I truly feel bad about this. I got this unique bar while on vacation, so I kept it nice and wrapped up for a week. But on the return drive, what happens? I realize that the heater is on and the bag the chocolate is in is sitting right in front of one of the vents. Tragedy didn’t make me very happy. But, oh, well, I thought, it is a $6.50/85 gram bar, and since the finer chocolates are usually hearty as pioneers, it should be okay taste-wise, at least.
The looks did suffer most horribly, hence my attempt to hide most of the damage in the picture by only showing four of the sixteen squares. But a deep and chocolatey smell emanated from it, bidding me continue on. Evidence of the “stone ground” process is in the chocolate’s grainier, more rock-like look, though it still has a good breaking sound. Inside your mouth, you can feel the small bits of chocolate and sugar. Just as I was considering that they distract too much from the flavor, I started to get a soft banana flavor, so my assumption was a little off. The funniest thing, though, was that I was reminded so much of biting into Mexican hot chocolate, minus the cheapness.
Normally, I save any research of a company for after I taste their chocolate to keep from being sidetracked by them instead of the actual product. And I was glad of this this time because I had the chance to pick up on Taza Chocolate’s motive on my own. Namely, to “combine the Mesoamerican tradition with a modern, high-quality product manufactured in a socially responsible way.” One of the cofounders, Alex Whitmore, studied with a stone miller in Oaxaca after starting the company in Massachusetts. As opposed to conching, Taza uses machines with hand-hewn granite millstones from Mexico for a cultural flavor and to preserve many of the inherent nutrients. Besides being dairy, gluten, and soy free and USDA organic, this Dominican Republic bar is Direct Trade. That’s Direct Trade, not Fair Trade. On their site (which is full of information and worth taking a look at), Taza explains the problems they see in the Fair Trade system. By going Direct Trade, they deal more directly with the growers and can use the money they would’ve used for the Fair Trade logo to pay them more.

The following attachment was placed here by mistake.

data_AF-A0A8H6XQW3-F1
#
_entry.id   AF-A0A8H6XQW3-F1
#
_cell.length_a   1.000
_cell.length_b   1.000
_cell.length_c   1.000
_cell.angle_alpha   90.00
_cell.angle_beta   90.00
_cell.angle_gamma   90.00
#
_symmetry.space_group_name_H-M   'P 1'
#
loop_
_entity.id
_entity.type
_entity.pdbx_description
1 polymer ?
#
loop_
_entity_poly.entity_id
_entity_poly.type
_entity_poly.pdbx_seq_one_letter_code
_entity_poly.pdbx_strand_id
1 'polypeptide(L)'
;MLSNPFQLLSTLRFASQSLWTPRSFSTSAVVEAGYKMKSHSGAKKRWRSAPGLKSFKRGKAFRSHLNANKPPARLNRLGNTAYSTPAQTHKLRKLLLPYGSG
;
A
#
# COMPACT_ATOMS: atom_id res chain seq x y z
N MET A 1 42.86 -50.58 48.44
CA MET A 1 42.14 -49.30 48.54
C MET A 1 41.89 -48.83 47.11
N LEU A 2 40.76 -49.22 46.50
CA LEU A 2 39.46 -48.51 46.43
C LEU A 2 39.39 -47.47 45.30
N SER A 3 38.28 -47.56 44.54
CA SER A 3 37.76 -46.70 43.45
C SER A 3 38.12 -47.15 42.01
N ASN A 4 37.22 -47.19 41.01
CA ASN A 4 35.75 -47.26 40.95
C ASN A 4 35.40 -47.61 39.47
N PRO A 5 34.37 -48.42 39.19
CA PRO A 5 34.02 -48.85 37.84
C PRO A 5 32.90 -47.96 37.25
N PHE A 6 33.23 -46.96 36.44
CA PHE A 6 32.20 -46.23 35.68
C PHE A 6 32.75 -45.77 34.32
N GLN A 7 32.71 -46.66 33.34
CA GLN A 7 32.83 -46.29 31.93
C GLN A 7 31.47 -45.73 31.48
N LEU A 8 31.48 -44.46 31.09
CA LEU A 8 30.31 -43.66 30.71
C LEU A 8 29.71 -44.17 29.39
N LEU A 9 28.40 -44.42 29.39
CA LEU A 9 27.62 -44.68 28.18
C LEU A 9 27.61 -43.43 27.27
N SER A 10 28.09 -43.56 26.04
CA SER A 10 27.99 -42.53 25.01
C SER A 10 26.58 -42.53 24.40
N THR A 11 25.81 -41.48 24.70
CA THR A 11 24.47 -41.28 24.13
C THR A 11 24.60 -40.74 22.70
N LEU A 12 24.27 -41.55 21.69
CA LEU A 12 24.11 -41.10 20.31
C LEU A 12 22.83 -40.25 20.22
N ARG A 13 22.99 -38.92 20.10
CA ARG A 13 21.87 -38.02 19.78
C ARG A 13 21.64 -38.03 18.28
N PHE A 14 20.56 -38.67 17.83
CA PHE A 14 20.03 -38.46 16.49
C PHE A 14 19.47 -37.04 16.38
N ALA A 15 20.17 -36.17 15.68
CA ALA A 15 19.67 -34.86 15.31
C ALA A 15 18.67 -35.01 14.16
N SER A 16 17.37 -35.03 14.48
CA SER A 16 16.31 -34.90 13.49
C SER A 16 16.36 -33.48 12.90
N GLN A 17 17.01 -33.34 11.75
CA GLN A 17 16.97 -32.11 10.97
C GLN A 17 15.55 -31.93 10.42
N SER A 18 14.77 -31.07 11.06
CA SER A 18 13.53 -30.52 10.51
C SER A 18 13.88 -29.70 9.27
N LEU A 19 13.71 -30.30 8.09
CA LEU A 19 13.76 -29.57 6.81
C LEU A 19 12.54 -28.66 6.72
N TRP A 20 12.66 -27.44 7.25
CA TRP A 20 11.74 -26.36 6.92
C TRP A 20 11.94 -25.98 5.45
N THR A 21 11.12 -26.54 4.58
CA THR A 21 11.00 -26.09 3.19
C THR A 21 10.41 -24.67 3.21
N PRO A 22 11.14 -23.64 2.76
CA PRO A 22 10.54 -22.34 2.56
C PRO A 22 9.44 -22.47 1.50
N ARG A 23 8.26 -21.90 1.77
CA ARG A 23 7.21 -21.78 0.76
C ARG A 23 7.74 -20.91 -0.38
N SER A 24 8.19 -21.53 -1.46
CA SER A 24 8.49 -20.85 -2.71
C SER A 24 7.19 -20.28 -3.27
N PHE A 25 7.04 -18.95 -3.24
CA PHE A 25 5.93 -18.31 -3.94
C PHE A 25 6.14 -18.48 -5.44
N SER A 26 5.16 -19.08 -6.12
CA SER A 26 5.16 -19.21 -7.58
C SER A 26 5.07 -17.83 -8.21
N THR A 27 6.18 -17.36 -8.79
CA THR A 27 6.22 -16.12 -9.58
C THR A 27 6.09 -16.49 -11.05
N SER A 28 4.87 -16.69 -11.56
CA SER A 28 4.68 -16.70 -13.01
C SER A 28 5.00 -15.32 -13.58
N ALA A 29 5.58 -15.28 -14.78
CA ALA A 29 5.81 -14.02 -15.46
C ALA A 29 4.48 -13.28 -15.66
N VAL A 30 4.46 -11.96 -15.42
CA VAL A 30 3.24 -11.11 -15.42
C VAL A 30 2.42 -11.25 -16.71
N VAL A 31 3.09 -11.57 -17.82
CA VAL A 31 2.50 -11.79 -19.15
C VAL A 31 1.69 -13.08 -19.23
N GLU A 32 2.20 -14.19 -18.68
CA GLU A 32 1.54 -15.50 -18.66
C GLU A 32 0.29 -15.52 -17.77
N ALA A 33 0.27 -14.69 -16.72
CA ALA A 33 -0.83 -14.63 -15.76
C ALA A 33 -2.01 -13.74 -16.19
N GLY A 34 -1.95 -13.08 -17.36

Going with my reminder of hot chocolate, Taza’s flavored chocolates are made in the traditional disc shape. They’re labeled to be eaten as is or made into hot chocolate. I actually made some with this bar, just to see how it would turn out. Very nice. Like the chocolate itself, it has the strength of the historic blended with sophisticated quality and comfortable familiarity. Worth looking into as something that’s different while still easy to catch onto.